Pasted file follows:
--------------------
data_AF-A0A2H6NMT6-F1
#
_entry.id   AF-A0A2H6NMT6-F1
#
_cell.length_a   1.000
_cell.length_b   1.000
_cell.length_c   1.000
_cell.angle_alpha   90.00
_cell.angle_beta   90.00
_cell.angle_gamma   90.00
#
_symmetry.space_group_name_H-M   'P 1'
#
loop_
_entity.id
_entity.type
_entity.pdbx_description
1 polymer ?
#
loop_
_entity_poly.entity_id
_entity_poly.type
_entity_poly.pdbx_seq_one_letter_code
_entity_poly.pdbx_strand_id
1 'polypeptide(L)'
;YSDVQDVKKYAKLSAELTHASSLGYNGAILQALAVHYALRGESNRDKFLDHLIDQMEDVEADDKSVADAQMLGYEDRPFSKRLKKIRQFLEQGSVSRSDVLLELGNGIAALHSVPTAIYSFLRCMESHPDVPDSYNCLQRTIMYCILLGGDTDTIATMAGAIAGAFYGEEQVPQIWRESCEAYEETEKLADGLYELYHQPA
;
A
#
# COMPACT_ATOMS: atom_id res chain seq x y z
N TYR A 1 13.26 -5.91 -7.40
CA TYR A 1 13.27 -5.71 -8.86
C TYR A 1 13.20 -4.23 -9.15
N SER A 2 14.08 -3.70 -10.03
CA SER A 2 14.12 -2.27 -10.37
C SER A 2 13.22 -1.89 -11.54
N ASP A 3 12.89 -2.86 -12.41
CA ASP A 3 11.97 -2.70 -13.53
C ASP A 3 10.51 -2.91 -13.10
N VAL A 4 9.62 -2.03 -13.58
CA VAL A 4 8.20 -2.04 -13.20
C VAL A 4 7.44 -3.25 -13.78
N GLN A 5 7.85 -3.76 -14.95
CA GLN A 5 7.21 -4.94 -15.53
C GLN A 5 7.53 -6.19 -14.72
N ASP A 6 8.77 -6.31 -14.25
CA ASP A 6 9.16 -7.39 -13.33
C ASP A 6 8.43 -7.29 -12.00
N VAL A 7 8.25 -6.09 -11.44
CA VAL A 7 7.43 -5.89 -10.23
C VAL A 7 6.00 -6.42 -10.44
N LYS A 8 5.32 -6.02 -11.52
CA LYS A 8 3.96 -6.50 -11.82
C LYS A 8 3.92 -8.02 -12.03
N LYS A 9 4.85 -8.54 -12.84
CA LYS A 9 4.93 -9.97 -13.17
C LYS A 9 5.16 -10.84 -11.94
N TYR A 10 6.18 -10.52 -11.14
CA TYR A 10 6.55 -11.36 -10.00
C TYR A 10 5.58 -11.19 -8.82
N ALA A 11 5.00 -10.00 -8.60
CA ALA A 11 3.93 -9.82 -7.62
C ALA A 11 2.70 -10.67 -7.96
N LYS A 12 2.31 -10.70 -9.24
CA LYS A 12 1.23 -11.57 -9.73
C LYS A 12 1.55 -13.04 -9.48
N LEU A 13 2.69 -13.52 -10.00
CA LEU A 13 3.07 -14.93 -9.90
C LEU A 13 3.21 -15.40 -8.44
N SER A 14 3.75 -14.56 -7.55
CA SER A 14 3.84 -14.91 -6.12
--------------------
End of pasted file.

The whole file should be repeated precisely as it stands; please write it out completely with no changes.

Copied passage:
data_AF-A0A2H6NMT6-F1
#
_entry.id   AF-A0A2H6NMT6-F1
#
_cell.length_a   1.000
_cell.length_b   1.000
_cell.length_c   1.000
_cell.angle_alpha   90.00
_cell.angle_beta   90.00
_cell.angle_gamma   90.00
#
_symmetry.space_group_name_H-M   'P 1'
#
loop_
_entity.id
_entity.type
_entity.pdbx_description
1 polymer ?
#
loop_
_entity_poly.entity_id
_entity_poly.type
_entity_poly.pdbx_seq_one_letter_code
_entity_poly.pdbx_strand_id
1 'polypeptide(L)'
;YSDVQDVKKYAKLSAELTHASSLGYNGAILQALAVHYALRGESNRDKFLDHLIDQMEDVEADDKSVADAQMLGYEDRPFSKRLKKIRQFLEQGSVSRSDVLLELGNGIAALHSVPTAIYSFLRCMESHPDVPDSYNCLQRTIMYCILLGGDTDTIATMAGAIAGAFYGEEQVPQIWRESCEAYEETEKLADGLYELYHQPA
;
A
#
# COMPACT_ATOMS: atom_id res chain seq x y z
N TYR A 1 13.26 -5.91 -7.40
CA TYR A 1 13.27 -5.71 -8.86
C TYR A 1 13.20 -4.23 -9.15
N SER A 2 14.08 -3.70 -10.03
CA SER A 2 14.12 -2.27 -10.37
C SER A 2 13.22 -1.89 -11.54
N ASP A 3 12.89 -2.86 -12.41
CA ASP A 3 11.97 -2.70 -13.53
C ASP A 3 10.51 -2.91 -13.10
N VAL A 4 9.62 -2.03 -13.58
CA VAL A 4 8.20 -2.04 -13.20
C VAL A 4 7.44 -3.25 -13.78
N GLN A 5 7.85 -3.76 -14.95
CA GLN A 5 7.21 -4.94 -15.53
C GLN A 5 7.53 -6.19 -14.72
N ASP A 6 8.77 -6.31 -14.25
CA ASP A 6 9.16 -7.39 -13.33
C ASP A 6 8.43 -7.29 -12.00
N VAL A 7 8.25 -6.09 -11.44
CA VAL A 7 7.43 -5.89 -10.23
C VAL A 7 6.00 -6.42 -10.44
N LYS A 8 5.32 -6.02 -11.52
CA LYS A 8 3.96 -6.50 -11.82
C LYS A 8 3.92 -8.02 -12.03
N LYS A 9 4.85 -8.54 -12.84
CA LYS A 9 4.93 -9.97 -13.17
C LYS A 9 5.16 -10.84 -11.94
N TYR A 10 6.18 -10.52 -11.14
CA TYR A 10 6.55 -11.36 -10.00
C TYR A 10 5.58 -11.19 -8.82
N ALA A 11 5.00 -10.00 -8.60
CA ALA A 11 3.93 -9.82 -7.62
C ALA A 11 2.70 -10.67 -7.96
N LYS A 12 2.31 -10.70 -9.24
CA LYS A 12 1.23 -11.57 -9.73
C LYS A 12 1.55 -13.04 -9.48
N LEU A 13 2.69 -13.52 -10.00
CA LEU A 13 3.07 -14.93 -9.90
C LEU A 13 3.21 -15.40 -8.44
N SER A 14 3.75 -14.56 -7.55
CA SER A 14 3.84 -14.91 -6.12